Georgia Historical Quarterly
The Georgia Historical Quarterly, the scholarly journal of the Georgia Historical Society, has been published continuously since 1917. It continues to serve the aims set out in its inaugural issue: to collect, preserve, and disseminate Georgia history.
The Quarterly began publication in Savannah almost eighty years after the society's founding in 1839.
With this challenge looming, the Quarterly 's founders hoped that its young periodical would attract new members. They explicitly voiced a hope for an expanding statewide membership, which would, in the words of the leadership, "increase the subscriptions, on which the Society mainly depends for its support and efficiency."
William Harden, the society's librarian for more than fifty years, was chosen as the Quarterly 's first editor. As an antiquary and amateur historian, Harden perfectly represented a major shortcoming of the society to the GHA members, who wished to replace antiquarianism with the new scientific history. Though Harden was editor for four years, the Quarterly seemed doomed to failure. Its scholarly articles were few, and its page numbers steadily dwindled.
Salvation came in 1920. Negotiations led to the merger of the GHA and the society, with their memberships combined and the society's restructured governing board reflecting what was deemed the new "statewide character of the re-organized Society." A by-product of the change was the editorial takeover of the Quarterly by professional historians with doctorates and an editor assisted by an editorial board—a practice that continues. First to serve as editor was Percy Scott Flippin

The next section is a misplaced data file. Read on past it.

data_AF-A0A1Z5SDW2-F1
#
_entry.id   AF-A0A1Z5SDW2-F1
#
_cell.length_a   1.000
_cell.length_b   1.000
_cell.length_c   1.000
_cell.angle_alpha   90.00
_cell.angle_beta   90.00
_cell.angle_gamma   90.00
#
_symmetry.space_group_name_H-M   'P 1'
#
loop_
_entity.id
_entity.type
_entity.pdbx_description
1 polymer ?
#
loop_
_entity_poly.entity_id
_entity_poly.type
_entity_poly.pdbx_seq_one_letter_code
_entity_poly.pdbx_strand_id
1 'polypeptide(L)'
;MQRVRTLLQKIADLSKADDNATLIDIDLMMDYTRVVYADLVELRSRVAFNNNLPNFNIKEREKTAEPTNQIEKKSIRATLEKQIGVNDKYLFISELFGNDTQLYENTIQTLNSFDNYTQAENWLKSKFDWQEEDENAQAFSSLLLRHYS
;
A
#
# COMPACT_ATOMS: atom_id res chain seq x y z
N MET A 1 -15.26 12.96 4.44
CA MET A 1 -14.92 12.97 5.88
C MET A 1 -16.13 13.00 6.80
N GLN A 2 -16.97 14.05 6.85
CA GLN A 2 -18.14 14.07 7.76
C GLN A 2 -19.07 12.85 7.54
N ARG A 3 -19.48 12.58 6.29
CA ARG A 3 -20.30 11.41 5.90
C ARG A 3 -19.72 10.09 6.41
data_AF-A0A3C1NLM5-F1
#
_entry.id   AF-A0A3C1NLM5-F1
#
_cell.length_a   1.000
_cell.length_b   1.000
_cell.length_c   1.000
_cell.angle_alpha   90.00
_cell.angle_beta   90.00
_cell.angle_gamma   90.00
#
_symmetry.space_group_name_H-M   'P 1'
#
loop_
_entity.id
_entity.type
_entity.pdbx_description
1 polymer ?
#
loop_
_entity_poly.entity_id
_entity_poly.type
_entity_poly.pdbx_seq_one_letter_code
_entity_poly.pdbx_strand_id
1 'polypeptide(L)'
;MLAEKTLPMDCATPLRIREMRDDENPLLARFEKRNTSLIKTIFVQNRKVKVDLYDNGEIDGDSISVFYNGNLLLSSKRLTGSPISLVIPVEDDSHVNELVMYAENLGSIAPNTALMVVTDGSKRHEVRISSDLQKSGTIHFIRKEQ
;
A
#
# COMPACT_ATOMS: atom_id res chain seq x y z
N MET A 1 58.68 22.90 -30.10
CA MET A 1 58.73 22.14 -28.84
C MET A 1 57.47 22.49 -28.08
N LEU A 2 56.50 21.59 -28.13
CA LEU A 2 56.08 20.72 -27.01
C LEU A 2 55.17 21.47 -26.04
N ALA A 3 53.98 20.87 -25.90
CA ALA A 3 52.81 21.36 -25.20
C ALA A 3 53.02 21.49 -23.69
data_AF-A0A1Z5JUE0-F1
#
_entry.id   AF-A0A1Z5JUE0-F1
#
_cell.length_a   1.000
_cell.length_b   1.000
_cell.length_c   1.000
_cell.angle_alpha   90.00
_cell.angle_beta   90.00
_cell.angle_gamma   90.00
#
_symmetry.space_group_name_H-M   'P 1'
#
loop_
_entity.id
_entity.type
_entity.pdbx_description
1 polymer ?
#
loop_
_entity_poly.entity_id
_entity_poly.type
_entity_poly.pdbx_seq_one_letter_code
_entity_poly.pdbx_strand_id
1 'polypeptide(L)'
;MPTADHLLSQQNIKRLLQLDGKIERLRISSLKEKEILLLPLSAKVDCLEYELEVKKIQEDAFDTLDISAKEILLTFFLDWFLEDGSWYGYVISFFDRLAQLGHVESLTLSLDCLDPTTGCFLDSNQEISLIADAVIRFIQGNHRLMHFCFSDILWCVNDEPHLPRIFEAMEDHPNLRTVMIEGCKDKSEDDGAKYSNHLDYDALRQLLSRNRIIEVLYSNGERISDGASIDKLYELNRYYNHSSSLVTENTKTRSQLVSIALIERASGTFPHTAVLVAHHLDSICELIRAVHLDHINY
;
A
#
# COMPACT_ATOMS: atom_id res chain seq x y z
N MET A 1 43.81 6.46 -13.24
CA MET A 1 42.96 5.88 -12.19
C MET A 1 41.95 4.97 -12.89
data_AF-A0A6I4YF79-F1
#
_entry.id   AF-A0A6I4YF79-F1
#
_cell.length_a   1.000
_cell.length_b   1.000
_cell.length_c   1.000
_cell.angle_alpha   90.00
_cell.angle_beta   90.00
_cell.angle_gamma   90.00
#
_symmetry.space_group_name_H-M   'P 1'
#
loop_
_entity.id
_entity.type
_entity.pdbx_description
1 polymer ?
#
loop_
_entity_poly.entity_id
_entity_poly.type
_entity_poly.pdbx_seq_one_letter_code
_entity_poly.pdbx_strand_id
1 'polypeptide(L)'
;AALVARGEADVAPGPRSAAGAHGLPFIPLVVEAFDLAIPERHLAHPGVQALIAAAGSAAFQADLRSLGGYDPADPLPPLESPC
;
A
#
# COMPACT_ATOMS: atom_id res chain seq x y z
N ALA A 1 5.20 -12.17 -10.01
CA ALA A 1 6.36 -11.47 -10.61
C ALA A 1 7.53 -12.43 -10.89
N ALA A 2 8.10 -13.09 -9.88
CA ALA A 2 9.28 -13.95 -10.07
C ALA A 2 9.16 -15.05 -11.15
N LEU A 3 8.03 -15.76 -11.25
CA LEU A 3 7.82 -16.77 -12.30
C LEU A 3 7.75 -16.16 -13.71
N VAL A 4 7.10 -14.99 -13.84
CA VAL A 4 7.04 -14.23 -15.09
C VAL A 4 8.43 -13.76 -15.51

In 1924 E. Merton Coulter took over the editorship for the next fifty years (1924-74). A North Carolina native for whom Georgia history became a lifelong passion, Coulter doted on the Quarterly and carried out practically every facet of its production (including writing a large percentage of the articles and book reviews himself). Many of the features most firmly associated with the Quarterly date from his tenure: articles with full scholarly apparatus, "Notes and Documents" (often primary sources with annotations), and book reviews critiquing publications relating mainly to Georgia and southern history.
Accepting the daunting task of succeeding Coulter, Phinizy Spalding maintained the periodical's high standards during his term (1974-80). Seeming as good-humored and personable as Spalding himself, the new Quarterly featured bright, jaunty colors on the cover and engaging introductory
The Quarterly was pushed well into the forefront of scholarly publications under the guidance of Thomas G. Dyer (1982-89) and his associate editor and successor John C. Inscoe (1989-2000). Dyer pioneered design and layout modifications that transformed the Quarterly into a journal that was handsome, colorful, and plentifully illustrated. Inscoe took these modifications to their full potential, particularly with carefully chosen illustrative material for articles and many stunning color covers. During this time the Quarterly enjoyed a full-time assistant editor, Sheree Dendy. Under both Dyer and Inscoe,
In 2000, following several years of restructuring, personnel changes, and budgetary difficulties, the society resumed direct oversight of the Quarterly. Under a new system, editorial duties were split between two professional historians, an editor with an academic affiliation, Anne J. Bailey of Georgia College and State University, and an assistant editor at the Society's offices, Stan Deaton. Today the Quarterly continues in the best traditions of its past.
Sheree H. Dendy, "Seventy-Five Years of the Georgia Historical Quarterly, " GHS Footnotes 17 (summer 1991).
Georgia Historical Quarterly (1917- )
William Harris Bragg, Georgia College and State University
A project of the Georgia Humanities Council, in partnership with the University of Georgia Press, the University System of Georgia/GALILEO, and the Office of the Governor.